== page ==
Disappointed by the silent treatment Fayette County has given the issue of principal evaluations, while they rest on the board attorney's public proclaimation that the district was doing exactly what they should be doing, I whipped together a little piece that ran in the Herald-Leader today. It won't be new to KSN&C readers. ...just reworked, and said a little louder.
PETRILLI TRIAL REVEALED WEAKNESS
By Richard Day in the Herald-Leader:
At issue: Herald-Leader editorial, July 31: “The rest of the story; Petrilli case leaves troubling questions.”
A surprising revelation from Peggy Petrilli’s unsuccessful racial discrimination suit against Fayette County Superintendent Stu Silberman was that principals rarely — if ever — get marked down on their evaluations.
A Herald-Leader editorial was correct to say, “the district must do a better job of evaluating employees. ... employees who aren’t accurately graded can’t really be expected to improve.”
Given his considerable talents, it must have been difficult for the editorial board to pen comments critical of Silberman, although they softened it as much as they could. Their assessment that problems existed with “the district” deflected responsibility. And writing that “employees” weren’t being marked down takes the focus off principals, the real issue.
Silberman testified that he was aware of numerous problems at Booker T. Washington Academy, but incredibly, the Herald-Leader claims he “had no inkling of the irregularities that would later be discovered.”
Silberman told the jury that the district immediately reported allegations that Petrilli was cheating on state tests to the Kentucky Department of Education. In fact, before her resignation, the board attorney advised Silberman to suspend Petrilli, but he refused.
No inkling? C’mon.
Silberman testified, “It was an ongoing litany of problems and we supported Peggy in every single one of them... please understand there was a problem every other day.”
The jury heard that she demoted fourth graders on the first day of testing, monkeyed with test booklets, muffed hiring practices, created tremendous staff turnover, went back on agreements, ignored students’ individual education plans, jeopardized Reading First funding for 11 schools and made unilateral program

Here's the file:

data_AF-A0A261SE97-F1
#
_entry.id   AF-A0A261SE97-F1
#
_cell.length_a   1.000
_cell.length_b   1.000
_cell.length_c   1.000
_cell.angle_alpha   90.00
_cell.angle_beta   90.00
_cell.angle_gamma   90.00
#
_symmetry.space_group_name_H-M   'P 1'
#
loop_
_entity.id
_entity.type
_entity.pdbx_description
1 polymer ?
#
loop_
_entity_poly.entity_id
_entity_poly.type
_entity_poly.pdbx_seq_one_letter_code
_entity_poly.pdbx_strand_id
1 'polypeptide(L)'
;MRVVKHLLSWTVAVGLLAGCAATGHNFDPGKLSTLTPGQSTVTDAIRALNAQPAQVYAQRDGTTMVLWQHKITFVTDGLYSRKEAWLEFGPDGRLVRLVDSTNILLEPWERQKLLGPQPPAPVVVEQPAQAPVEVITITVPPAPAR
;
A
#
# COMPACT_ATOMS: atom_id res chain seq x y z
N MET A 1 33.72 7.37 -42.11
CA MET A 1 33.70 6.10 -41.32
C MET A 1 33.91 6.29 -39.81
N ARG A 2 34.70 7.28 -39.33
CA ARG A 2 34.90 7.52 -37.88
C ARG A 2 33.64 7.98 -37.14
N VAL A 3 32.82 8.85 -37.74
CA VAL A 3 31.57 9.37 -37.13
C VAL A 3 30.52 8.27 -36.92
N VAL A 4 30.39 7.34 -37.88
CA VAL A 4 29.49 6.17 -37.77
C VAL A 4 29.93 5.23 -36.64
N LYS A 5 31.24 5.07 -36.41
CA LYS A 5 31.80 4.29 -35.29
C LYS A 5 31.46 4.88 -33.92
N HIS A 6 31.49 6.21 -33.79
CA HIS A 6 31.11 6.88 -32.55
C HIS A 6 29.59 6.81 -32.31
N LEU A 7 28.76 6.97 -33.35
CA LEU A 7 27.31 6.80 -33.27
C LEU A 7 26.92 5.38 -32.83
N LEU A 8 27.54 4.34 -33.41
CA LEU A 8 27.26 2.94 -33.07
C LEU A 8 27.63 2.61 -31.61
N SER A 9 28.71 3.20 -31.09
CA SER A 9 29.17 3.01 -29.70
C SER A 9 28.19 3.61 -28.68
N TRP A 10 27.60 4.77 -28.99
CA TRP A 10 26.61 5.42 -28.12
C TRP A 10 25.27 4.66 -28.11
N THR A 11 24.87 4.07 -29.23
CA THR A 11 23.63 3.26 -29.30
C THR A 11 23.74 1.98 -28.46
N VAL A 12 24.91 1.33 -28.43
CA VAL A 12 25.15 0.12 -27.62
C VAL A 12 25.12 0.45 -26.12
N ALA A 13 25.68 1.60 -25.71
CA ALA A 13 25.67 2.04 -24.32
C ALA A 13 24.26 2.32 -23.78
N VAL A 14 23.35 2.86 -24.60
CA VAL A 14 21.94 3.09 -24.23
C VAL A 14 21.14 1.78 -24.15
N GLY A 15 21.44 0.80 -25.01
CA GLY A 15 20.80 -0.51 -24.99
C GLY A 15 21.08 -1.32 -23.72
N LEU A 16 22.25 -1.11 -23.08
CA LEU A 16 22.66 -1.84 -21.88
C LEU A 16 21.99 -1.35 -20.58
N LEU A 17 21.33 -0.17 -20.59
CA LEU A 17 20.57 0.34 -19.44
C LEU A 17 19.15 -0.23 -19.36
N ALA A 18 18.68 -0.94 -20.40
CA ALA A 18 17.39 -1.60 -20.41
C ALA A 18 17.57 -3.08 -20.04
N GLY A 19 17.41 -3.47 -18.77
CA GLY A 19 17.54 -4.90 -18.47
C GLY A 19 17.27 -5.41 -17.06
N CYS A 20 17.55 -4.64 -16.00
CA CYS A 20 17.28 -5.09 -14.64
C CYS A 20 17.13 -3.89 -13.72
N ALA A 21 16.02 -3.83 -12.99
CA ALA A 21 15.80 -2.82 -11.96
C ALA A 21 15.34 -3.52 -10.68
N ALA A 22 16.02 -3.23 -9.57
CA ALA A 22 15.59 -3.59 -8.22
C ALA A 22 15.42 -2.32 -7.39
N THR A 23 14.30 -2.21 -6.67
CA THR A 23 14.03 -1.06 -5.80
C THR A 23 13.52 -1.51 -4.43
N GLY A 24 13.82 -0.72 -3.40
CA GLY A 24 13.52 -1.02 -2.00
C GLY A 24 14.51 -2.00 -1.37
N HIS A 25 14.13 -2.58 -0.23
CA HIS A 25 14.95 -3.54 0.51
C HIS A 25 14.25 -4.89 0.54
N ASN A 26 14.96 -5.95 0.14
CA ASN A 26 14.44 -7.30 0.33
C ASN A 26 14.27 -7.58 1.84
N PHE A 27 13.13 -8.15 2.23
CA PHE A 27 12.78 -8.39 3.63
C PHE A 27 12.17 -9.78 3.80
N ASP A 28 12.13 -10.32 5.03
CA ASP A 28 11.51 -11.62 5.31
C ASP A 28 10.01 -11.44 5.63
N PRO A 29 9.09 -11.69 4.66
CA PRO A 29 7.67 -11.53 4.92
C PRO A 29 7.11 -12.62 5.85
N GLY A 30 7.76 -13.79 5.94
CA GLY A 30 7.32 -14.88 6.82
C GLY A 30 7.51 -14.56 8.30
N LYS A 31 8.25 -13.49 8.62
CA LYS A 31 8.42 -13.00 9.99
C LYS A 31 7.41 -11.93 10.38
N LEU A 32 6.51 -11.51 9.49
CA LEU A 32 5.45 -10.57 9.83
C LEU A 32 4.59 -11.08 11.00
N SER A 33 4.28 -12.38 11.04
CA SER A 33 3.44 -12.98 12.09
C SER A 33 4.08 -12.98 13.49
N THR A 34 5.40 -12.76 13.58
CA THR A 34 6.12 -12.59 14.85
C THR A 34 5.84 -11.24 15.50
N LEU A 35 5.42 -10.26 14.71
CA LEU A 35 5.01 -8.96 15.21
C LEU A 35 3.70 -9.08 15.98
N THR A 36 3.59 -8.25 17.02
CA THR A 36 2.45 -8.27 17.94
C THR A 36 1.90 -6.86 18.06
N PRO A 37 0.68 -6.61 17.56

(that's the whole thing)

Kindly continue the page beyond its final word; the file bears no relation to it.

changes that damaged relationships.
The district showed, to great effect, that parents had reason to complain on grounds that had nothing to do with race, thus crippling Petrilli’s claim of a discriminatory conspiracy.
But you wouldn’t know any of it from looking at Petrilli’s stellar evaluations.
Silberman says they “supported Peggy.” But what the district really did was enable Petrilli by not using the evaluation system as it was intended: to motivate her to improve in areas where she was weak.
In a May 2008 editorial the Herald-Leader regretted its prior belief in “miracle-working” principals and noted “how eager everyone was to be gulled, to believe that all it takes is the right principal for kids who have almost no advantages to suddenly knock the lid off standardized tests.”
Has the paper really sworn off the idea of a savior, or just switched to superintendents? Having helped build the pedestal from which Petrilli fell, would they erect a new one for Silberman?
We should support our leaders when they are right and depart from them when they are wrong. But if leadership is not challenged through the evaluation system or in the public forum, the motivation to do better disappears.
State regulations already outline an evaluation system that will work, but only if the district uses it as designed.
Richard Day of Lexington is a former principal of Cassidy Elementary School.